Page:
The Power of Positive Thought in Marriage
Last weekend, Keith and I attended a wonderful tree trimming event for a friend. Never mind that I forgot to bring an ornament for the tree (but I digress…)
While chatting with friends in the kitchen, the husband of a women who’d received an advance copy of my book said something that really made me pause to think.
“What’s so brilliant about your book is you’re focused exclusively on the power of positive thought. Every interview, if you listen closely to what they’re all saying, it always boiled down to their thoughts,” Barry began.
First, I was absolutely floored that this husband was not only reading the book with his wife but appeared to be enjoying it. ”Go on,” I prodded him with intrigue.
“Think about the Alchemist,” he began. I nodded my head as to pretend I was following him. I knew it was either a book or a movie or both but knew little about it.
“Paulo Coelho, the author of The Alchemist, was known for this quote, ‘You are what you believe yourself to be,” he continued.
“For so many couples, their focus is on what they don’t have in their marriage instead of what they do have. The thoughts constantly floating through their minds are about what they lack rather than what they have gained.”
At this point, he was positively giddy, as if looking forward to bringing home his point.
“‘You are what you believe yourself to be,’ so those who believe themselves to have a mediocre marriage or a less-than-stellar spouse create that reality for themselves. And those who believe they have a great marriage and the spouse they chose is a wonderful person, that is what they become!”
Ah yes, the power of positive thought in marriage. You become what you think about most. Your focus often becomes your reality.
The unhappy husband may look at the pile of dishes in the sink and lament that his wife doesn’t keep the house spic and span. The happy husband looks at that same pile of dishes and sees it as a reminder that his wife also goes to work each day or that she’s at home raising their beautiful children.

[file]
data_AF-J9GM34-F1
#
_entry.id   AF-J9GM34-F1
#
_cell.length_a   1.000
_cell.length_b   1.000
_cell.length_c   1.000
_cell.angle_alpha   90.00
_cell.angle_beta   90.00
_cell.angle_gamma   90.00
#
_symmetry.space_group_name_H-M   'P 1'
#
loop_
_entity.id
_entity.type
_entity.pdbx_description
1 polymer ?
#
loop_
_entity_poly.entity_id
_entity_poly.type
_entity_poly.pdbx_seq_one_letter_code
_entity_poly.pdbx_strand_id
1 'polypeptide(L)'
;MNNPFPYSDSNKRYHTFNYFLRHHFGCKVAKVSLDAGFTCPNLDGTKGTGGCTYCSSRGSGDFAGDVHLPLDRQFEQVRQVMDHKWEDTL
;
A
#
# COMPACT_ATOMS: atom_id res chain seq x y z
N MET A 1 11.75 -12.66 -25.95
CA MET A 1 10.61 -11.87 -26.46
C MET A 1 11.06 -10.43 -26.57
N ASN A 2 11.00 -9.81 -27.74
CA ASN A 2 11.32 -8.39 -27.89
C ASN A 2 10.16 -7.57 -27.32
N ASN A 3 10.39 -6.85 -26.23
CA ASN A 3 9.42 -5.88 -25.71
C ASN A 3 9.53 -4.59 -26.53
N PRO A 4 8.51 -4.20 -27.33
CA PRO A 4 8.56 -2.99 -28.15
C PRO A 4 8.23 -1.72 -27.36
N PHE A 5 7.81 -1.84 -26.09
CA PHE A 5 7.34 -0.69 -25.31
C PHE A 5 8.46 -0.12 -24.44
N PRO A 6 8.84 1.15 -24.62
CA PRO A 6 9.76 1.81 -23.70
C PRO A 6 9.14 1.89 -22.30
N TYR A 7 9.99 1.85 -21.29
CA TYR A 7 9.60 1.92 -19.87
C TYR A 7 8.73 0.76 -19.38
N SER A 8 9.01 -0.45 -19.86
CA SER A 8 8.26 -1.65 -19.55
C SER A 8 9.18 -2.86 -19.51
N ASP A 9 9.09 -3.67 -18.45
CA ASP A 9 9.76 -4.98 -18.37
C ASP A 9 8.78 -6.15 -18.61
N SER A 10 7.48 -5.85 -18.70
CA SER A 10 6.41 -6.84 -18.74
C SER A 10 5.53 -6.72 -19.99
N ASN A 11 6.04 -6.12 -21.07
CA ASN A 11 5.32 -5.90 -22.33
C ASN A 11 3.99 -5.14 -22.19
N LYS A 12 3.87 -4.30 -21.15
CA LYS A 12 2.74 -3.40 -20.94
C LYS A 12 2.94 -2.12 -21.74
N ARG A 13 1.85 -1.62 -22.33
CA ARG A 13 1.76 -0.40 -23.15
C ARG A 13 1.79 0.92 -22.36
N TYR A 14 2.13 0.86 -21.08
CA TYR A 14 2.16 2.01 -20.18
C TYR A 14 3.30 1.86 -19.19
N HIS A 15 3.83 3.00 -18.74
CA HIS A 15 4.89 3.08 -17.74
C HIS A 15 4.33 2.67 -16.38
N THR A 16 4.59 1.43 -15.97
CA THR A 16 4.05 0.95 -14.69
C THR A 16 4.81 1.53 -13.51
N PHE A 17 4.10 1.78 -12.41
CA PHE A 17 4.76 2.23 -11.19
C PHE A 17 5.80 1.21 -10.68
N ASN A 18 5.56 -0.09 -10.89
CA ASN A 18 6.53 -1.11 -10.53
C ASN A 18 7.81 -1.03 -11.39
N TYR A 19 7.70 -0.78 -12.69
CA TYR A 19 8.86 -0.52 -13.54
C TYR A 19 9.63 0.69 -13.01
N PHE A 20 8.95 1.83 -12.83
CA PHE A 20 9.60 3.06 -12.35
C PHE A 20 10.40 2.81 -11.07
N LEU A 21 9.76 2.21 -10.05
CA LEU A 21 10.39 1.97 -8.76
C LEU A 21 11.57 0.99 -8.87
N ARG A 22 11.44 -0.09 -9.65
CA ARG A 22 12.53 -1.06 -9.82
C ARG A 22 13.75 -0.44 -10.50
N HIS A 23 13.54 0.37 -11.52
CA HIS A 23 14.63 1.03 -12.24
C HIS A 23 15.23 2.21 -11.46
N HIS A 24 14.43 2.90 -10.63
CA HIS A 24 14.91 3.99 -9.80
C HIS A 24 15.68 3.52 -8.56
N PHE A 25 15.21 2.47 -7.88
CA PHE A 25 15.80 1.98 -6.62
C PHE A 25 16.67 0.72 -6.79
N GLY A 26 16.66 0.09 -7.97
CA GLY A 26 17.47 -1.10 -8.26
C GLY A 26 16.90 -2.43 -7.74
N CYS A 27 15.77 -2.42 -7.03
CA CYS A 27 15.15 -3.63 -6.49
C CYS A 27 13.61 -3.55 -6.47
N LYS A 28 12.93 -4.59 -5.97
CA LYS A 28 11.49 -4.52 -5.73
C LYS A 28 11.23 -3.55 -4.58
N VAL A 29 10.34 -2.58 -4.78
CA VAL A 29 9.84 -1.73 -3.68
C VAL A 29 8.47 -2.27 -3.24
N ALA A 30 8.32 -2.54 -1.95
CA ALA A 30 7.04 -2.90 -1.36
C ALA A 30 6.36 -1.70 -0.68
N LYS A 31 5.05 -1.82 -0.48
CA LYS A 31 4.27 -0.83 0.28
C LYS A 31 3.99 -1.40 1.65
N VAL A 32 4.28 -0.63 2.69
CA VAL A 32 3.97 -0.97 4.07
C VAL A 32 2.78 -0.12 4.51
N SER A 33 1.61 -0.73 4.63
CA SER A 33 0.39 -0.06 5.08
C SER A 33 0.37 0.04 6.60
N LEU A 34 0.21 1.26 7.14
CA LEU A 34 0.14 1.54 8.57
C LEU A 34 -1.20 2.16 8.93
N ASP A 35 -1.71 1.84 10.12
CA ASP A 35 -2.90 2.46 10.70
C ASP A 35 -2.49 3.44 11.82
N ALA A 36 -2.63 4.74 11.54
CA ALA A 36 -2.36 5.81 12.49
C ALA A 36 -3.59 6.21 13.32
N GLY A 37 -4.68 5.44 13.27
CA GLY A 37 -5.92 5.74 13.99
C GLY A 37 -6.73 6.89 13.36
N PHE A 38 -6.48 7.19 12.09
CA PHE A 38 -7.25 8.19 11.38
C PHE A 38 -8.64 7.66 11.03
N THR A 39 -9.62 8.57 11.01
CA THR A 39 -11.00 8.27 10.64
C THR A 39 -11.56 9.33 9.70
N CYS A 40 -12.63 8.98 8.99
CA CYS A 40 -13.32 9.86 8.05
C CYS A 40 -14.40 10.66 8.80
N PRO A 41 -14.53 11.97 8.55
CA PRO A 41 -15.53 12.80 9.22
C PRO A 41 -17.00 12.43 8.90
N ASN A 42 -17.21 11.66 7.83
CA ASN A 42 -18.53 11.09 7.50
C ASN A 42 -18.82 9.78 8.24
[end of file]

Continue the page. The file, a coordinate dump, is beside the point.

The unhappy wife might look at the dirty clothes her husband left on the floor or the toilet seat he failed to put down and allow that to frustrate her to a place of believing -in the moment- that this is the sum total of his being. Allowing that to lead her down a path of mumbling, complaining or even worse, initiating an argument about something so trivial.
The happy wife might step over the dirty clothes knowing he’ll get around to them or pick them up herself knowing that only took 3 additional seconds out of her day. But her thoughts remain squarely focused on the larger things, like how wonderful he is as a man, husband, father, provider.
Although I didn’t mention this explicitly in the book, Barry was spot on. Every interview I conducted with a happily married couple, in 18 cities on 6 continents, each one had a distinct focus on the positive. These couples guarded their thoughts daily about one another and their union.
Gratitude was continuously on their lips. Grace toward one another in their hearts. And all that is wonderful about marriage and their spouse is what replayed constantly in their mind.
If you want to find out what else I learned during my travels, and through these wonderful couples happily married 25 years of more, you can pre-order Happy Wives Club from Amazon today for 25% off.
Question: Can you think of an instance when changing your thought actually altered the end result?
Until Monday…make it a great day!
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